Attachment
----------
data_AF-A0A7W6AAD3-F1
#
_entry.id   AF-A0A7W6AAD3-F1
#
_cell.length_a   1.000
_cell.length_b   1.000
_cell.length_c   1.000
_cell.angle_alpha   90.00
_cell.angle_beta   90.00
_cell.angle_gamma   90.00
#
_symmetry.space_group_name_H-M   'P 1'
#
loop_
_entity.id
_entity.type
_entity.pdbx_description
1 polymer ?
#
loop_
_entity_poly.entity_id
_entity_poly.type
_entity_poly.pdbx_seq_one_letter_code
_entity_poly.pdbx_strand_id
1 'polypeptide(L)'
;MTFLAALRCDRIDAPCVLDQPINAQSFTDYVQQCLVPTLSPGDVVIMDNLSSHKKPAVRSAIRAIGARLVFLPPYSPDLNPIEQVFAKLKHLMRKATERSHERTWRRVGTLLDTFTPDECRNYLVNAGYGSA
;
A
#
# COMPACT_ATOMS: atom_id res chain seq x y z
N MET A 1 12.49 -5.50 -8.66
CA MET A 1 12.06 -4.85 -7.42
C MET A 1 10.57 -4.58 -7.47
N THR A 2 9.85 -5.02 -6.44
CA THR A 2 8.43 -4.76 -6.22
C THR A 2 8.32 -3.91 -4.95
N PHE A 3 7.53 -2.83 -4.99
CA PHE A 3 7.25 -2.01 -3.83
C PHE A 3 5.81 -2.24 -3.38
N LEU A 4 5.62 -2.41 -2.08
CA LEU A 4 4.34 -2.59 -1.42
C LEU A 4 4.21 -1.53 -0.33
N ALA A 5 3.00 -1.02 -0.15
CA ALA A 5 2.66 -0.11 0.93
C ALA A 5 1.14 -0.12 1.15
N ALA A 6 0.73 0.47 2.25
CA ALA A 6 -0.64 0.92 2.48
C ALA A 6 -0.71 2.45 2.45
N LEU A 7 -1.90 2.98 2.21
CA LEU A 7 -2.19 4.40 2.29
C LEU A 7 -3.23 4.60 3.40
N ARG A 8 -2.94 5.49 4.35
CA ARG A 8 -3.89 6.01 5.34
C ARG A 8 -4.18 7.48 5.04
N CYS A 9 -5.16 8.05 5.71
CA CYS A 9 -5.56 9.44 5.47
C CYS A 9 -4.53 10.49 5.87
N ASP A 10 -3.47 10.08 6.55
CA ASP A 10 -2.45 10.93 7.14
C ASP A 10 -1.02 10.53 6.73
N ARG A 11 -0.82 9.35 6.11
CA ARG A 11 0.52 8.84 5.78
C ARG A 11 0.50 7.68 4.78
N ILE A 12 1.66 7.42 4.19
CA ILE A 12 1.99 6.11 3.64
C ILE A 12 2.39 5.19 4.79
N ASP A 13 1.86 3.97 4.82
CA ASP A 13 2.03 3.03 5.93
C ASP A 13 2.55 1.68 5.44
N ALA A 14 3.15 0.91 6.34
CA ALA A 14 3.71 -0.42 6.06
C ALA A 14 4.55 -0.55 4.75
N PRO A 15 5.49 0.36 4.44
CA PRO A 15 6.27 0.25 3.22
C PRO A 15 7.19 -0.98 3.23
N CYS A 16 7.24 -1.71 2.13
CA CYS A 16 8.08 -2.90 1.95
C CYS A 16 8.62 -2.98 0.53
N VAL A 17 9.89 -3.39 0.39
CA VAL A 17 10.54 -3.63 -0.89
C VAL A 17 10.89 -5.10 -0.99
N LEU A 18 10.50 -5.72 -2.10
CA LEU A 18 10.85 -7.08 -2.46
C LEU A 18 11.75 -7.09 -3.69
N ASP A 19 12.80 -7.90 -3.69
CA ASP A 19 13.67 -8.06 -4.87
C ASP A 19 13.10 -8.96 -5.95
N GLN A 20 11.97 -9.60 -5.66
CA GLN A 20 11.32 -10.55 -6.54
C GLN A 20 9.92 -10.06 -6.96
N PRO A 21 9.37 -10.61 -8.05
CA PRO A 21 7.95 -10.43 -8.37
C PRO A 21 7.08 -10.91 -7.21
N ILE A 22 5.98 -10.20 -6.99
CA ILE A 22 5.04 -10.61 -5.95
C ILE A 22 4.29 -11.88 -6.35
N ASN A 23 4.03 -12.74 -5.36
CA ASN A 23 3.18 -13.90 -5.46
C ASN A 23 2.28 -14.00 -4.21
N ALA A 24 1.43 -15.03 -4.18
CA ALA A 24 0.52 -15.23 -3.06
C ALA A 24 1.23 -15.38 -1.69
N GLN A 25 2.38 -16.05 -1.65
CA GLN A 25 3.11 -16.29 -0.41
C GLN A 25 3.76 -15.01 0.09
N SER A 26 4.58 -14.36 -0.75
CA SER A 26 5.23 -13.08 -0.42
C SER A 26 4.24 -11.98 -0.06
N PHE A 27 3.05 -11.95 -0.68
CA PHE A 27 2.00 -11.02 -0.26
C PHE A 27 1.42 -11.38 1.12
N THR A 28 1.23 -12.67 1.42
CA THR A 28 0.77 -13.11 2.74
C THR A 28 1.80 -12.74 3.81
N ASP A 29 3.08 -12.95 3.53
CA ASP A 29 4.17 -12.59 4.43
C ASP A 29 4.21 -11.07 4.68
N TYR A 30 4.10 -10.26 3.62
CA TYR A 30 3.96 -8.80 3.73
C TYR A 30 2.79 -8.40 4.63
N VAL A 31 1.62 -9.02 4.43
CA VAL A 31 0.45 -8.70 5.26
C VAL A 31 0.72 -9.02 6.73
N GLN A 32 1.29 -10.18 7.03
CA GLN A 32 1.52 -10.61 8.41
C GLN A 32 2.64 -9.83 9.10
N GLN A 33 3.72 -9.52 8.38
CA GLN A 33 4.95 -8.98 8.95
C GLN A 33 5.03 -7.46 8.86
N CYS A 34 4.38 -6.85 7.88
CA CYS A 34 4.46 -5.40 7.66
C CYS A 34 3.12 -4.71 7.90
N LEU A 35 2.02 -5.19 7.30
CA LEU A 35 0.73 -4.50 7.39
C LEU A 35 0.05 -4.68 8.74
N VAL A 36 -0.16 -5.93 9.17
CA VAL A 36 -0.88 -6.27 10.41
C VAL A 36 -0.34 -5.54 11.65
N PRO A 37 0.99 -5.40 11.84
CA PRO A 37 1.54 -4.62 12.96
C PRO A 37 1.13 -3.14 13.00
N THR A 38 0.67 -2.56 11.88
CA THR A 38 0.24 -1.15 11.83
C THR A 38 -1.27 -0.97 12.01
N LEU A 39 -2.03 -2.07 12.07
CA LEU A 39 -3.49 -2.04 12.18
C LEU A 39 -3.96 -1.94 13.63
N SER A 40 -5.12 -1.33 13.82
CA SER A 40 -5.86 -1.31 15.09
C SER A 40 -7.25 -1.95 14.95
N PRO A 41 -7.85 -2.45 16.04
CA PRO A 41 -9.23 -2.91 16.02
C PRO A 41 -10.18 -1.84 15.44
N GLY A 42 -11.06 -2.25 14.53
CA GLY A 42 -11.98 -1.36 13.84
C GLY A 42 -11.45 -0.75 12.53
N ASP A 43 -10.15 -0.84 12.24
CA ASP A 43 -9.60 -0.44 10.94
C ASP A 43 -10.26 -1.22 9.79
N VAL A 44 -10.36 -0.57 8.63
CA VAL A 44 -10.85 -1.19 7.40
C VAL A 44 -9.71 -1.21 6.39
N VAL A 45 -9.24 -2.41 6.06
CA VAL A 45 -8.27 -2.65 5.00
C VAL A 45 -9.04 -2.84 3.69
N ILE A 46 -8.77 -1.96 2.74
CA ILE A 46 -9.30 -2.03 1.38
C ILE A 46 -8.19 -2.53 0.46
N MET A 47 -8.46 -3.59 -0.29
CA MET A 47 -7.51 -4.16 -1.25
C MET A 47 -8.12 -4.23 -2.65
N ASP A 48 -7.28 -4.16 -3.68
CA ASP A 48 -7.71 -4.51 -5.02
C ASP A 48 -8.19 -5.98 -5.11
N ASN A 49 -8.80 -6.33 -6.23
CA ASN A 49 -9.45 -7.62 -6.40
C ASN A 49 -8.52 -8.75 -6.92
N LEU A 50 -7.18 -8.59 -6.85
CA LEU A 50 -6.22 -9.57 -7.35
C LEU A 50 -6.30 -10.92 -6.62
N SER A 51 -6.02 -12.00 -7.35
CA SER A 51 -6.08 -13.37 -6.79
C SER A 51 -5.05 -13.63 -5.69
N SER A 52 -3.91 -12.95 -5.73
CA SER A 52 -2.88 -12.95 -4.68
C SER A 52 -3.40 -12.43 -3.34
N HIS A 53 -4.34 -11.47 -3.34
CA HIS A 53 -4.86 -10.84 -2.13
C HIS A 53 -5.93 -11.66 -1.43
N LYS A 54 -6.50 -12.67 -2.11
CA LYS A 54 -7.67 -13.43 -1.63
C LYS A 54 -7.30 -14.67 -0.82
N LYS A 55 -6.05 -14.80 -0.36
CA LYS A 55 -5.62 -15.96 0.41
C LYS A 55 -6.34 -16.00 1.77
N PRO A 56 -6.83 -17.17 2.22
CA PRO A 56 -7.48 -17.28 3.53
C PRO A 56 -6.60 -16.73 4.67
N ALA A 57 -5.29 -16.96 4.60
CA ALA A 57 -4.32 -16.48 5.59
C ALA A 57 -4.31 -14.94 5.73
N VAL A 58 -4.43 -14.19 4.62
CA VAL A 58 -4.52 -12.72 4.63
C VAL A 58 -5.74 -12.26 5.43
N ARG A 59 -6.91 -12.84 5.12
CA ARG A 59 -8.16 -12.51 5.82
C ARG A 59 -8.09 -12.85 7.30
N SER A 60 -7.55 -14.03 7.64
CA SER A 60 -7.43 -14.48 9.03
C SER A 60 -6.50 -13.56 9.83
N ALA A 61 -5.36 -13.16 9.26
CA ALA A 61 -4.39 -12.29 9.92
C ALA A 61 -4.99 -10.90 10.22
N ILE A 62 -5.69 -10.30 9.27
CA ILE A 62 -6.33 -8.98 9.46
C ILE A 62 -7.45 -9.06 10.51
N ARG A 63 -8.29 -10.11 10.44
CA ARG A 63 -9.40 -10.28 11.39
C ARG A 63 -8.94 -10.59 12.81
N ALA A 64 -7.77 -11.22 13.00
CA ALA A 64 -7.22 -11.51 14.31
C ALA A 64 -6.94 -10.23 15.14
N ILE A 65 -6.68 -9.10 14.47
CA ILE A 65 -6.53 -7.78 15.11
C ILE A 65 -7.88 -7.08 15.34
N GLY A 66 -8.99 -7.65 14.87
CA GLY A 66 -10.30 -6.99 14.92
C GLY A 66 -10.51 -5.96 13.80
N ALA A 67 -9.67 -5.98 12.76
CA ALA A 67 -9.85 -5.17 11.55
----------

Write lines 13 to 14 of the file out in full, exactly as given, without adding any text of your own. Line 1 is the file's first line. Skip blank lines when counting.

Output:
#
loop_